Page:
The new search platform is much more than a digital facelift for the DMI. It provides access to a database undergoing expansion: the latest version includes new records for miscellanies published between 1680 and 1699, and future updates will extend the DMI ’s coverage further back to Tottel’s foundational Songes and Sonettes. The redeveloped interface also enables users to explore the data in new ways. Keyword and phrase searching is quicker and more extensive with the new basic search function. There is also the option to filter the records using a number of facets, which display and rank the data in ways that suggest key trends and lines of enquiry. For instance, clicking on ‘Poem’ under ‘Content Type’, then selecting the ‘Related People’ facet, reveals a list of almost one hundred of the most prominent authors in the database, ranked according to the number of poems attributed to them. At the top of the list is John Dryden, with around 1,500 poems; the highest ranked French author is Nicolas Boileau-Despréaux, with over 120 poems in English translation (the DMI does not record appearances of poems in foreign languages). Although these figures should not be seen as straightforward indications of popularity, they remind us that many of the most widely read poets of the eighteenth century were those who had been active in the late seventeenth century. In his imitation of Horace’s epistle to Augustus (written 1737), Alexander Pope observed that the verse of his seventeenth-century predecessors was scattered ‘Like twinkling stars the Miscellanies o’er’. The DMI has made it possible to see these stars, and the sky around them, more clearly.

– Carly Watson

L’Autoédition: phénomène récent depuis le XVIIIe siècle

Saury

Saury, Des moyens que la saine médecine peut employer pour multiplier un sexe plutôt que l’autre (Paris, l’auteur, 1779)

L’automne dernier, les auteures à succès Arlette Cousture et Marie Laberge ont semé l’émoi dans la communauté du livre au Québec en décidant de tourner le dos à leurs éditeurs et de publier à leur compte, directement sur leur site internet personnel. Pour les libraires, il s’agissait ni plus ni moins qu’une véritable ‘trahison’ de la part de ces deux romancières.

Cette récente controverse ainsi que l’omniprésence des médias numériques qui chamboulent depuis quelques années les circuits habituels de l’édition nous amènent à nous questionner sur les rôles culturels, professionnels et commerciaux que jouent les auteurs, les éditeurs et les libraires dans la société. Si ce débat refait particulièrement surface alors qu’un nombre croissant d’auteurs s’autoéditent un peu partout dans le monde, il n’est pourtant pas nouveau!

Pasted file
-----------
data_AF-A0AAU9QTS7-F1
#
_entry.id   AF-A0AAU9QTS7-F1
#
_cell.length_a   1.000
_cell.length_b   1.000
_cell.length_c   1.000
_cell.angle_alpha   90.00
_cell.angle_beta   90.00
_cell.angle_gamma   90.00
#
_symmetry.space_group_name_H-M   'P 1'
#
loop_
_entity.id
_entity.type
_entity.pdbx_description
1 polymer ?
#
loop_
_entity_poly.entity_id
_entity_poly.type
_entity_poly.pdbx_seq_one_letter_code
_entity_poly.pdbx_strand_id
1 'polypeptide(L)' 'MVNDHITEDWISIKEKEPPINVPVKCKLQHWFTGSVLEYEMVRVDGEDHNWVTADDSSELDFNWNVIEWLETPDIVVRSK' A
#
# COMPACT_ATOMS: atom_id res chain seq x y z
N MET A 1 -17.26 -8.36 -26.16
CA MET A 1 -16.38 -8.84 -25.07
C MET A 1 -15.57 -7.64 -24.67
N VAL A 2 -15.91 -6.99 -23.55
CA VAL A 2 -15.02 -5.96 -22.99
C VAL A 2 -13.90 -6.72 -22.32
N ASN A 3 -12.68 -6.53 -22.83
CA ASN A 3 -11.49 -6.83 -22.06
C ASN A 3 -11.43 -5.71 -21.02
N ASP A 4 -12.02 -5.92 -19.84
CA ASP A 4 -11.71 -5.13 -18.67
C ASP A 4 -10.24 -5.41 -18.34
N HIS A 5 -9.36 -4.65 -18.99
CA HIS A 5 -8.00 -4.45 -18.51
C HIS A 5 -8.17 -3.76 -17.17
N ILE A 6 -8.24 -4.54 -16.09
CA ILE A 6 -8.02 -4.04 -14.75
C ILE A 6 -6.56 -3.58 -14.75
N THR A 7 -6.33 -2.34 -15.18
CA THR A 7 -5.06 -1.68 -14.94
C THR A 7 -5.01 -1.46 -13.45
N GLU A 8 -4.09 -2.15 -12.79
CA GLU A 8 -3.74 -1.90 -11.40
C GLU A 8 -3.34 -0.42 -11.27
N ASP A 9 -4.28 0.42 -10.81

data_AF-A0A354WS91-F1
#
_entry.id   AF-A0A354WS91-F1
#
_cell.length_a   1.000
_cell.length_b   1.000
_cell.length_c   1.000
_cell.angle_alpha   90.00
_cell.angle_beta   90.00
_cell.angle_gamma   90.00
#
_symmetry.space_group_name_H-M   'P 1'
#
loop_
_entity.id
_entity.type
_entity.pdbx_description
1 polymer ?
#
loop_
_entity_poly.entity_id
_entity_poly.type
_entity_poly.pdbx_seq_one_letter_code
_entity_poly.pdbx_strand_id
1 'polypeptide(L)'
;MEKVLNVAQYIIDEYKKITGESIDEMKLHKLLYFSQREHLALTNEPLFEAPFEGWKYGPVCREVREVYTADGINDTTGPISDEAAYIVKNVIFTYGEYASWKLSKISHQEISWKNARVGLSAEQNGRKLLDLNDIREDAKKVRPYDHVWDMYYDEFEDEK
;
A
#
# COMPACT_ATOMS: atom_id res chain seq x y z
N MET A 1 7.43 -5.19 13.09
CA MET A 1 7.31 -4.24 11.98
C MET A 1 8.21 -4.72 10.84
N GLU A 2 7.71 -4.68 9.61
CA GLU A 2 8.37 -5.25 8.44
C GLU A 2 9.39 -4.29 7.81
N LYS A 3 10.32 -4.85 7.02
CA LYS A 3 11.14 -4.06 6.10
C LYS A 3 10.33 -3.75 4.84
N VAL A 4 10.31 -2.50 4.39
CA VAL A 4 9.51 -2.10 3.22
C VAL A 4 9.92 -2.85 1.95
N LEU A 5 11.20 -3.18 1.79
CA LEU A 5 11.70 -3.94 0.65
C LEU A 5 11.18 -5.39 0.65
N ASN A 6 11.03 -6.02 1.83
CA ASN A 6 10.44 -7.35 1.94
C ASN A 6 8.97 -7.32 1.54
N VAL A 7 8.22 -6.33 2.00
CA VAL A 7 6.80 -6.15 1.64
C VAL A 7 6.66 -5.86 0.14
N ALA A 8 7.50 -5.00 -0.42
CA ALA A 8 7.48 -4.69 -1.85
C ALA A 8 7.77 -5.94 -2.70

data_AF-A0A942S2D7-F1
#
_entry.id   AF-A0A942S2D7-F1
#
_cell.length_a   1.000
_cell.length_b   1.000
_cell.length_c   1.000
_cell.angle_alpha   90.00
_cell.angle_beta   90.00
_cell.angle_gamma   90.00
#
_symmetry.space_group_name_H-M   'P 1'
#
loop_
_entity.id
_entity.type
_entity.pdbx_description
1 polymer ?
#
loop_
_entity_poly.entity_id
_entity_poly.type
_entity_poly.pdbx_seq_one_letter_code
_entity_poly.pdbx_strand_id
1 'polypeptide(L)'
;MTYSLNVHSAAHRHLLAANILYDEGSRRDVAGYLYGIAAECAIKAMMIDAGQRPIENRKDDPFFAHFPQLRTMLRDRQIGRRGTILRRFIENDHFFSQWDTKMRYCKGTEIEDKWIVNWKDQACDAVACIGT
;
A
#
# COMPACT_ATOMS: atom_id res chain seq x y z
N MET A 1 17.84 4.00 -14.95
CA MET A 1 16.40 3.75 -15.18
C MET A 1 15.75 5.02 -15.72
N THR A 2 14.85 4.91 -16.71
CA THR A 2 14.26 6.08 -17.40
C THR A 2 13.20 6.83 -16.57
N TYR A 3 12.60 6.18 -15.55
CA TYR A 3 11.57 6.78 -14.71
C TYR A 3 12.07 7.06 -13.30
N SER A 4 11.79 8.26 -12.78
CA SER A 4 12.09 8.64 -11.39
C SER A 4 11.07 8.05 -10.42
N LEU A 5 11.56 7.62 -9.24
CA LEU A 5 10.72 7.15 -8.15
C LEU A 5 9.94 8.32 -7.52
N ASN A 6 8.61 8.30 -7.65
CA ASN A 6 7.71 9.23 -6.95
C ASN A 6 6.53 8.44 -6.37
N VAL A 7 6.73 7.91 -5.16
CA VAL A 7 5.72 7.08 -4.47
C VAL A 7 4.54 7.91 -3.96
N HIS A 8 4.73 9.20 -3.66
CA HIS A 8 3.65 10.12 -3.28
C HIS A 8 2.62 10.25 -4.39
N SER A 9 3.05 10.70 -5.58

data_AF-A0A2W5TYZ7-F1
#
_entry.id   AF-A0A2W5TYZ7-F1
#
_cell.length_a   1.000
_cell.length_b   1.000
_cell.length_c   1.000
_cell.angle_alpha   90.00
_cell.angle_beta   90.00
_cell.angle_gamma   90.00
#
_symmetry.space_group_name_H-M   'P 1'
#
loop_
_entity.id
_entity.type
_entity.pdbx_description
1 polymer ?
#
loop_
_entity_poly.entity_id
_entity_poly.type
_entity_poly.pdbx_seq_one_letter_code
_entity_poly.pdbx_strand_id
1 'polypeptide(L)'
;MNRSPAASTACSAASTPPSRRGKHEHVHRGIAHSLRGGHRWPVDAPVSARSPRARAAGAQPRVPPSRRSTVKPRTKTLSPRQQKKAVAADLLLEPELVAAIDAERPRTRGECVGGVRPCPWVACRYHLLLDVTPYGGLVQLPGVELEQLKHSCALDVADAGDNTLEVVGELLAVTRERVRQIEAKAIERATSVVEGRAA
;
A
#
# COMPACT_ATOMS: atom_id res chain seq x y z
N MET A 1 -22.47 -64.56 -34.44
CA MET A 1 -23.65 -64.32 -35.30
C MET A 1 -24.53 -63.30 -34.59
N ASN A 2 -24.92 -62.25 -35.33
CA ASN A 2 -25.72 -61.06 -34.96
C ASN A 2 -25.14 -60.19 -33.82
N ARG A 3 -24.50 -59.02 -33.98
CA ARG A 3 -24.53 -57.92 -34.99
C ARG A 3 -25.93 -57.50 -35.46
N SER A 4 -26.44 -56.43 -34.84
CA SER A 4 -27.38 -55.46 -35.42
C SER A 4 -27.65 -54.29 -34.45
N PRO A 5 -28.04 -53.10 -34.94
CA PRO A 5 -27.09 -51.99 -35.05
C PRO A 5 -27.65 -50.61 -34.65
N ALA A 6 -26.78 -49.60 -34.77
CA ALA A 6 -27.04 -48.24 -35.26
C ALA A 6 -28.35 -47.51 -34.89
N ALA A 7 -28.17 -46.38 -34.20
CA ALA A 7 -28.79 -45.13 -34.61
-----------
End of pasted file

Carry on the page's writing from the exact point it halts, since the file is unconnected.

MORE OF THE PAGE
Déjà en 1759, Malesherbes, alors Directeur de la librairie, déclare que, contrairement à la loi qui dicte alors que seuls les libraires ont le droit en France de vendre des livres, ‘Ce sont les auteurs, qui, suivant le droit naturel, devraient tirer tout le profit de leurs ouvrages, en ayant la faculté de les vendre eux-mêmes.’ D’ailleurs, comme le demande Arlette Cousture dans une entrevue accordée à Radio-Canada, pourquoi devrait-il être honteux pour un auteur de vouloir maximiser les revenus de l’écriture, de garder la mainmise sur l’édition et la diffusion de ses œuvres?

Felton-bookcoverAu XVIIIe siècle, dans la foulée du procès qui oppose la communauté des libraires de Paris et Luneau de Boisjermain, accusé de vendre ses propres livres en 1768, Diderot se demande également: ‘N’est-il pas bien étrange que j’aie travaillé trente ans pour les associés de l’Encyclopédie; que ma vie soit passée, qu’il leur reste deux millions, et que je n’aie pas un sol?’

Dans mon livre Maîtres de leurs ouvrages: l’édition à compte d’auteur à Paris au XVIIIe siècle, on découvre que ce sont des centaines d’auteurs qui, déjà au siècle des lumières, ‘s’autoéditent’. Profitant particulièrement de la nouvelle loi qui permet aux auteurs de vendre leurs ouvrages en toute liberté dès 1777, un nombre jusqu’ici insoupçonné d’écrivains de toutes sortes publient à leurs dépens de façon à conserver les droits de leurs œuvres et de les vendre directement aux lecteurs, ‘À Paris, Chez l’Auteur’. Malgré tous les risques et les défis qu’une telle entreprise comporte alors, le jeu n’en valait-il pas la chandelle?

La Beaumelle title page

La Beaumelle, Mémoires pour servir à l’histoire de Madame de Maintenon (Amsterdam, l’auteur, 1755).

Dans une lettre qu’il adresse à son frère, Laurent Angliviel de La Beaumelle, qui édite quelques ouvrages à son compte, écrit: ‘Mon édition de Maintenon m’a endetté jusqu’aux oreilles; je n’ai pas le sou […] mais si Maintenon réussit, je ne serai point mal. […] Vous me grondez d’avoir fait imprimer à mes dépens: jusqu’ici je m’en suis bien trouvé, & qui m’auroit payé mon manuscrit? on ne m’en auroit pas donné 400 L.’

–Marie-Claude Felton